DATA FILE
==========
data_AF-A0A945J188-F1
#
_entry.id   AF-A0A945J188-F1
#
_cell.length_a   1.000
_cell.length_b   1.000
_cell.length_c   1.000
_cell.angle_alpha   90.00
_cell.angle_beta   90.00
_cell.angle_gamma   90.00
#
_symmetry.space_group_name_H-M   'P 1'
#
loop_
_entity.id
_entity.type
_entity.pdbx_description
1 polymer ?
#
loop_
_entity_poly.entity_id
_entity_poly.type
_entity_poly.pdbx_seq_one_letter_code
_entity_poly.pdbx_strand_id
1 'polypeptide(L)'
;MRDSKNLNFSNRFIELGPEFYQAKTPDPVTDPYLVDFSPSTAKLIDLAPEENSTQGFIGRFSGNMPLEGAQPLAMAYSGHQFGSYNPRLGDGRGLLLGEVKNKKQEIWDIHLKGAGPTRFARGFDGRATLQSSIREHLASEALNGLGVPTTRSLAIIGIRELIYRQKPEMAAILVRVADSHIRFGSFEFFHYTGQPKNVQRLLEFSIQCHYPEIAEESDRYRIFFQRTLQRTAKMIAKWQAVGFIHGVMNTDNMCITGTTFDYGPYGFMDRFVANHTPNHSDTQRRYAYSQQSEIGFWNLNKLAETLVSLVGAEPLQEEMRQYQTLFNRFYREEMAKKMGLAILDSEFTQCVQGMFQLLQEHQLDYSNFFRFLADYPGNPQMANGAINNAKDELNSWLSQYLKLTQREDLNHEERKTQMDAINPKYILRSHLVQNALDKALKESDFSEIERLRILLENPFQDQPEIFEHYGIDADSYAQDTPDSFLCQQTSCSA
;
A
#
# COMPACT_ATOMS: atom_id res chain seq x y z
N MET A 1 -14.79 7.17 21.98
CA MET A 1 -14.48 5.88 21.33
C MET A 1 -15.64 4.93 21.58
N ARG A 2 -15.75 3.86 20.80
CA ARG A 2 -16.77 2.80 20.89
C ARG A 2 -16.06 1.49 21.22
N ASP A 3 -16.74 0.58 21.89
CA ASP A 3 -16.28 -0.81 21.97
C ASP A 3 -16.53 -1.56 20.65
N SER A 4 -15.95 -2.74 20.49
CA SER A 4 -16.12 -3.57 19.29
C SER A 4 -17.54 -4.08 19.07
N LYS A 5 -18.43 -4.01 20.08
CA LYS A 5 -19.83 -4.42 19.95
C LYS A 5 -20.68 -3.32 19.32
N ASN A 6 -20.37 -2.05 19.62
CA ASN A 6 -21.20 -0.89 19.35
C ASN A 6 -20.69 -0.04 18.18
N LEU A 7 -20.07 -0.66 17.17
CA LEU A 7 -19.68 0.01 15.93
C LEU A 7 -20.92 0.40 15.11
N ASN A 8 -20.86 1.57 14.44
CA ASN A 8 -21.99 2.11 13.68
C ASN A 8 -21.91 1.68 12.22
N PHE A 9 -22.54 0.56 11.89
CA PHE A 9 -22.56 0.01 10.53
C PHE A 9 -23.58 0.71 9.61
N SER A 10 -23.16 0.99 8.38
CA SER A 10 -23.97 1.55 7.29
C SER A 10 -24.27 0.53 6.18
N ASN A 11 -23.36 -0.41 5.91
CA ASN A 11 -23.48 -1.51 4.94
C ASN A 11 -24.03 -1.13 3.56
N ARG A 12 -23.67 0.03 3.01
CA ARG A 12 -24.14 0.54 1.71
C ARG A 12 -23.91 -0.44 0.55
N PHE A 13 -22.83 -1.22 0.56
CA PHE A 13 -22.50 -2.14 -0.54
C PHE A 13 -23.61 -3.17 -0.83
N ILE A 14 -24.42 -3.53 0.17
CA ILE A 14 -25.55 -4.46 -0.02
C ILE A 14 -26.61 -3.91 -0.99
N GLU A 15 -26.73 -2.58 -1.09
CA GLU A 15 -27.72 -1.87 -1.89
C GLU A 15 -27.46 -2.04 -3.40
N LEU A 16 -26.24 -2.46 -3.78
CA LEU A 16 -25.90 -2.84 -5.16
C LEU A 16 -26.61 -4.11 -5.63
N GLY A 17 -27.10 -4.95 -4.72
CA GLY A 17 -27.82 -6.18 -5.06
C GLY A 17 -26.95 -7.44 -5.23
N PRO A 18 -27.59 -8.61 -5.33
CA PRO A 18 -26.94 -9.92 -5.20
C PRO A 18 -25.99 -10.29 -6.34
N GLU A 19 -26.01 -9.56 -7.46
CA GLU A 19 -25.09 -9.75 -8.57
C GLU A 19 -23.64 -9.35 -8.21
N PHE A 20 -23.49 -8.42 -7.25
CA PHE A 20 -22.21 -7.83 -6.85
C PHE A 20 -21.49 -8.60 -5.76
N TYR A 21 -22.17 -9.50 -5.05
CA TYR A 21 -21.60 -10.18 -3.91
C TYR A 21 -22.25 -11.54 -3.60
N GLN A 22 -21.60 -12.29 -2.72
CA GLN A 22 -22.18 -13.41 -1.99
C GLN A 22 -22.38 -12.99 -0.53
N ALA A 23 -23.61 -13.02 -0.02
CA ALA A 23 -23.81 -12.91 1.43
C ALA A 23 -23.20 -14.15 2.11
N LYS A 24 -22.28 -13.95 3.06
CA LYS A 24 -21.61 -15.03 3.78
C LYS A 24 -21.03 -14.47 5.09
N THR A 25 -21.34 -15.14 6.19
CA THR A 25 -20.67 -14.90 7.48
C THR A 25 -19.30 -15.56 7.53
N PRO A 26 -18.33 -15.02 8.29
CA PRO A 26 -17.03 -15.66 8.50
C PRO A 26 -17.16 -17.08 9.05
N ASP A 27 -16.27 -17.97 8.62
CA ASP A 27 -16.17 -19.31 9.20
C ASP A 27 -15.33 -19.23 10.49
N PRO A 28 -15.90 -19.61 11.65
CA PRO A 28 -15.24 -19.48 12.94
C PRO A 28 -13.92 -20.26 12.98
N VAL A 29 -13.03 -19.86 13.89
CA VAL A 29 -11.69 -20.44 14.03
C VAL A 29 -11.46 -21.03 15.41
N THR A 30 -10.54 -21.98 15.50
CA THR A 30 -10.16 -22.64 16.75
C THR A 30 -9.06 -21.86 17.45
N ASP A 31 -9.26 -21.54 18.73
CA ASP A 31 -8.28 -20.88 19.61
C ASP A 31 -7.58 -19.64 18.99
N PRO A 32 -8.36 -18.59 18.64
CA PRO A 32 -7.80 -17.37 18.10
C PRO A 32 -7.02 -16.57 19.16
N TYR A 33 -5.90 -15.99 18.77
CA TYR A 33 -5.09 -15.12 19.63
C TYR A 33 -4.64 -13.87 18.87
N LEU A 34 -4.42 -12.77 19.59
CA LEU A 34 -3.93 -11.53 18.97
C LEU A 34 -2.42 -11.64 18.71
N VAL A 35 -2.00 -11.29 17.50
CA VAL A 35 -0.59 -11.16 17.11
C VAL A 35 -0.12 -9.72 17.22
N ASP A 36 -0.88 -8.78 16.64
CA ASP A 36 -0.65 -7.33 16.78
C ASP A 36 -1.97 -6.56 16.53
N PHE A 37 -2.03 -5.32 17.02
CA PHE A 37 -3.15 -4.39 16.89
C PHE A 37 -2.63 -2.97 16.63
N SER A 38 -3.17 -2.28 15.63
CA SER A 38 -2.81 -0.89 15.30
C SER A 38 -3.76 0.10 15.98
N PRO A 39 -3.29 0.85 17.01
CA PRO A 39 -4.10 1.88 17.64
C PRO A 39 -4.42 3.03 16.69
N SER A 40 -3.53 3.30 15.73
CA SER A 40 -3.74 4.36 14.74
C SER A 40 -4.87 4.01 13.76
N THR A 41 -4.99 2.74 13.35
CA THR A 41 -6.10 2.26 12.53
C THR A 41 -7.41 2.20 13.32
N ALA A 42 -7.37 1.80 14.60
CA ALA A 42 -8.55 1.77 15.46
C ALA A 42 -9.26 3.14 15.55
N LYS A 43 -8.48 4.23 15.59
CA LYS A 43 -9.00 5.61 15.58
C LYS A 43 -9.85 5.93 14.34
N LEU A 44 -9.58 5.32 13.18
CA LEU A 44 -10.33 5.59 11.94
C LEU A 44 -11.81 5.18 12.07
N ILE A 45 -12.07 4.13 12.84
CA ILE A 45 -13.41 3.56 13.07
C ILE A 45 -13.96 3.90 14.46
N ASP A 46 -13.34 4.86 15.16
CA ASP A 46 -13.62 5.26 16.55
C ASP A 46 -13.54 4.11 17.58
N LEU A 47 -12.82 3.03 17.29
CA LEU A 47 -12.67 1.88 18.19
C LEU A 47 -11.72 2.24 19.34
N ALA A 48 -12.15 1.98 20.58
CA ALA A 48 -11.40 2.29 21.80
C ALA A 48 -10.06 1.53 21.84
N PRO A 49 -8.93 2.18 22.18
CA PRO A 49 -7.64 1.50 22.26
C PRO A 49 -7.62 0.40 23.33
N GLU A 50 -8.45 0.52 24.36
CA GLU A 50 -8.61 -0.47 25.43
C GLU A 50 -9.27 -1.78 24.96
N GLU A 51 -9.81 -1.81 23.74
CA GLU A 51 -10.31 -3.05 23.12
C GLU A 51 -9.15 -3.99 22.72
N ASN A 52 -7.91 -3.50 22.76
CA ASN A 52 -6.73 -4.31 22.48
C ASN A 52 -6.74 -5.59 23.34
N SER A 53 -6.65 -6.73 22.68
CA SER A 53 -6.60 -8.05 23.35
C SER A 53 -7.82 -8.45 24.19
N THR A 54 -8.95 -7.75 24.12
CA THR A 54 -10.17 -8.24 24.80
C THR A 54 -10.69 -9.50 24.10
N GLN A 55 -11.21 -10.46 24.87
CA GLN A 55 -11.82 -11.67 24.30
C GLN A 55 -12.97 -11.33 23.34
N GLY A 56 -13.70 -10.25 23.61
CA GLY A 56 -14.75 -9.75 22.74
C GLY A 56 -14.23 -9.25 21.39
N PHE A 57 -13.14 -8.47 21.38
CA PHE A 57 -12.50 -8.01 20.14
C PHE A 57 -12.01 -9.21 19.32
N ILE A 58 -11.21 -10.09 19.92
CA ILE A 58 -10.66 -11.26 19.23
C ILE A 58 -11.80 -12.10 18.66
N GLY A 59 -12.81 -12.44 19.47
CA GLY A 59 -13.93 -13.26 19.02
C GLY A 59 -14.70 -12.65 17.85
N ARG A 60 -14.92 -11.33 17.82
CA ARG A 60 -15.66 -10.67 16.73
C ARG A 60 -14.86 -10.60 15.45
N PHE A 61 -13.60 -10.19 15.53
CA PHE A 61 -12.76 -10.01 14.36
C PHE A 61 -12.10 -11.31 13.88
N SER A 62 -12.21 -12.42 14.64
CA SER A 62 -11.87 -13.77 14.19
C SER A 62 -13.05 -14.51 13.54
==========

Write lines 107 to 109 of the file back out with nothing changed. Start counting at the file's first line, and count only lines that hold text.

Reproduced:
CA PRO A 26 -17.03 -15.66 8.50
C PRO A 26 -17.16 -17.08 9.05
N ASP A 27 -16.27 -17.97 8.62